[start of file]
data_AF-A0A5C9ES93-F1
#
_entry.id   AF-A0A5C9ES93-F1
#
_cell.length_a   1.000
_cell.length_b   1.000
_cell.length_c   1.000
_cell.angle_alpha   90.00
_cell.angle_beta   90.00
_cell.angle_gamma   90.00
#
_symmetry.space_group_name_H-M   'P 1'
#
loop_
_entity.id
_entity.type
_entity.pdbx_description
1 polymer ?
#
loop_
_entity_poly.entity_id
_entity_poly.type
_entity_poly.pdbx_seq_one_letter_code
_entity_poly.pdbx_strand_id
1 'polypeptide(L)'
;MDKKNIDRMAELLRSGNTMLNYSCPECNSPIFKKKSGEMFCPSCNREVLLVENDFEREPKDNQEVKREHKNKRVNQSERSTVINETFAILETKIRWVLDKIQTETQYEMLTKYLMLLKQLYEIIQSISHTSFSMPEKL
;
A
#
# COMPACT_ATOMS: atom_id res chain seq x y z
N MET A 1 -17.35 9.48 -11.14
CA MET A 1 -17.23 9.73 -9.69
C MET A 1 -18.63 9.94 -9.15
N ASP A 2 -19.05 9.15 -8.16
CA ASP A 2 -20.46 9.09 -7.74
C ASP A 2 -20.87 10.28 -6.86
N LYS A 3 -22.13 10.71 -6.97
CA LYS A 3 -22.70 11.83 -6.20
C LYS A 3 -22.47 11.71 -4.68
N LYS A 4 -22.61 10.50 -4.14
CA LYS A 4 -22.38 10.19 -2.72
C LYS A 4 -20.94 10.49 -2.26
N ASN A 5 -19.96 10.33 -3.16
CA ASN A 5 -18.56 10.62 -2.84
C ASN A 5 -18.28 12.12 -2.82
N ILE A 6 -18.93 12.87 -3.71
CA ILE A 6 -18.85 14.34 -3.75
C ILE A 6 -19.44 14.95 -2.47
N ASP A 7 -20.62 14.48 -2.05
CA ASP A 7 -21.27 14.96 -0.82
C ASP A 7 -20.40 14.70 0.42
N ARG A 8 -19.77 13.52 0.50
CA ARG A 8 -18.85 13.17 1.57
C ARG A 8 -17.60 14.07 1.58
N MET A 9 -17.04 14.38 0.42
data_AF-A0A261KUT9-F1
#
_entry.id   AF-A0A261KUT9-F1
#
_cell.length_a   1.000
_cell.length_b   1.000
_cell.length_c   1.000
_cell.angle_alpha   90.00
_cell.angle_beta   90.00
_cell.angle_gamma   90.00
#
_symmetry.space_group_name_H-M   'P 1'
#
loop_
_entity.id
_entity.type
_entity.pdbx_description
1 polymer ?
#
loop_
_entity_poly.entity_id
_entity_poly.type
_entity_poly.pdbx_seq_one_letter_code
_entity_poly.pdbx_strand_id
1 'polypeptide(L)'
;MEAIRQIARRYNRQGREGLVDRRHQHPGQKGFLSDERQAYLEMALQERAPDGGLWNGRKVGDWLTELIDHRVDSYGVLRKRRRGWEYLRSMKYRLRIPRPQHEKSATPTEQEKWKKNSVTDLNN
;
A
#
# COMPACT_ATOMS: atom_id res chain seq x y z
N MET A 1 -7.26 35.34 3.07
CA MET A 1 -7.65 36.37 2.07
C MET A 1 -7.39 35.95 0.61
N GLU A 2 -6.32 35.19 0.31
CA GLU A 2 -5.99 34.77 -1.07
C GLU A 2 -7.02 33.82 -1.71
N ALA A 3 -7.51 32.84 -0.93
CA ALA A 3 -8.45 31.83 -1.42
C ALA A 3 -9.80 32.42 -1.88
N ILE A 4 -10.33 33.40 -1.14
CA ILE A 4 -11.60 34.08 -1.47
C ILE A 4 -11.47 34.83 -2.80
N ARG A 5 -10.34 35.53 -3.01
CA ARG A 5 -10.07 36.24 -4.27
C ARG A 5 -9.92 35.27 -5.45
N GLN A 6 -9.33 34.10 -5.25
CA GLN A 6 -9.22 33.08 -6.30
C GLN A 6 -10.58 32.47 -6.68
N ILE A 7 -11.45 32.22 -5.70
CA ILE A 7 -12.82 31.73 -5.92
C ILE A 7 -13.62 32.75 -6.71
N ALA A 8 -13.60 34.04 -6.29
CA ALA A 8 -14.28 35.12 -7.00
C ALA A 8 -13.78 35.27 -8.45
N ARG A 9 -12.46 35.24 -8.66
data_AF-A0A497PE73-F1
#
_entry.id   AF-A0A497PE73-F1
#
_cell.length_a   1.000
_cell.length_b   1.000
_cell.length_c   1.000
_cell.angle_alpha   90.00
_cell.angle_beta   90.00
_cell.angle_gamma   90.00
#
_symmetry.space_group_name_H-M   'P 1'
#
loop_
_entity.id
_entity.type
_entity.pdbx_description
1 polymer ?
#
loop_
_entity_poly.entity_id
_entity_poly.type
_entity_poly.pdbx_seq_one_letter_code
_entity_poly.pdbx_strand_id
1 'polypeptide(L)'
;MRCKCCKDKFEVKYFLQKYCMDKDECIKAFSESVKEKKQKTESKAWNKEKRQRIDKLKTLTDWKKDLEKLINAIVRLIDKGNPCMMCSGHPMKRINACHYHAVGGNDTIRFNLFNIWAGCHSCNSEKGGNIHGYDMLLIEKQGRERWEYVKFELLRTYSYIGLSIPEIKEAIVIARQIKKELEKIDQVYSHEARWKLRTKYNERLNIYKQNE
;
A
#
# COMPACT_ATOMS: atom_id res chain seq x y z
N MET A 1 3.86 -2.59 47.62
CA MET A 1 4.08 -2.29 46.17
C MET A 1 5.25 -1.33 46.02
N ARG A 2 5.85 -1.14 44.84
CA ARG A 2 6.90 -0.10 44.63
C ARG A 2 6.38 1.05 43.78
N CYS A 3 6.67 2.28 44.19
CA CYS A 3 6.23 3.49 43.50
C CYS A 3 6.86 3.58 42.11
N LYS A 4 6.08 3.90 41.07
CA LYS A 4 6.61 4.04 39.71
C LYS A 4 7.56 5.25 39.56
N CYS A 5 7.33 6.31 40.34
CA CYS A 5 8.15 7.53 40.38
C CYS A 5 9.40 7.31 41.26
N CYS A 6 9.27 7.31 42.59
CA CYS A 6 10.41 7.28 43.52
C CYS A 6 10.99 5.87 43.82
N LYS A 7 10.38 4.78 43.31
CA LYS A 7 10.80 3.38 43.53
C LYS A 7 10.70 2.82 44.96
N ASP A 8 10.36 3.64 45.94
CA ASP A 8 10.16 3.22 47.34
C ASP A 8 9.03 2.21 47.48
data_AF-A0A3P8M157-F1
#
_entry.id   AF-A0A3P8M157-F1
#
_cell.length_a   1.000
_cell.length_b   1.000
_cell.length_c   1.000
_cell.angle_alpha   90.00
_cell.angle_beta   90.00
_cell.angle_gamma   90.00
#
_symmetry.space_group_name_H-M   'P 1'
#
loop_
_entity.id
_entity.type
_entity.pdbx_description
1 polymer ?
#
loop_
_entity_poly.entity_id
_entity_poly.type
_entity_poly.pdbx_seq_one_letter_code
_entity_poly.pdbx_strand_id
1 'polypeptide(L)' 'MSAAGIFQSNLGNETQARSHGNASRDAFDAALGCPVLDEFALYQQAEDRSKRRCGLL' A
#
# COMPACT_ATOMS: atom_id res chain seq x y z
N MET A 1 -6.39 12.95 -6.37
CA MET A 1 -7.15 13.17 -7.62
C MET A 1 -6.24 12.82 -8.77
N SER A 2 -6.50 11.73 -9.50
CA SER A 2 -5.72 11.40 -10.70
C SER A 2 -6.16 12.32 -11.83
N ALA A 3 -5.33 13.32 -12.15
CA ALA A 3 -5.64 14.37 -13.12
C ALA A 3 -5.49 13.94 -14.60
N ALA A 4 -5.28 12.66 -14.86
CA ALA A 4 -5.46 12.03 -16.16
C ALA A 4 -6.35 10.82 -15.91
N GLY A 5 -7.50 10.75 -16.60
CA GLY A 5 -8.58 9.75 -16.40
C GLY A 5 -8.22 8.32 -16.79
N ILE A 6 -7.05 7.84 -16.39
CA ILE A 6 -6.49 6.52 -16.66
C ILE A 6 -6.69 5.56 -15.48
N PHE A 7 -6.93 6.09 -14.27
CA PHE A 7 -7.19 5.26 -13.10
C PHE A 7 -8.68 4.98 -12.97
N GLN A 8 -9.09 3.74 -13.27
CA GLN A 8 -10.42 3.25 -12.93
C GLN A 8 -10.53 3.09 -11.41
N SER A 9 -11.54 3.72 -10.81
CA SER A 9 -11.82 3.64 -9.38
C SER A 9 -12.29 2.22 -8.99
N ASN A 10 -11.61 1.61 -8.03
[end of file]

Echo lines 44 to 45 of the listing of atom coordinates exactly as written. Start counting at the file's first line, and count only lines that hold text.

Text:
CA ASN A 5 -18.56 10.62 -2.84
C ASN A 5 -18.28 12.12 -2.82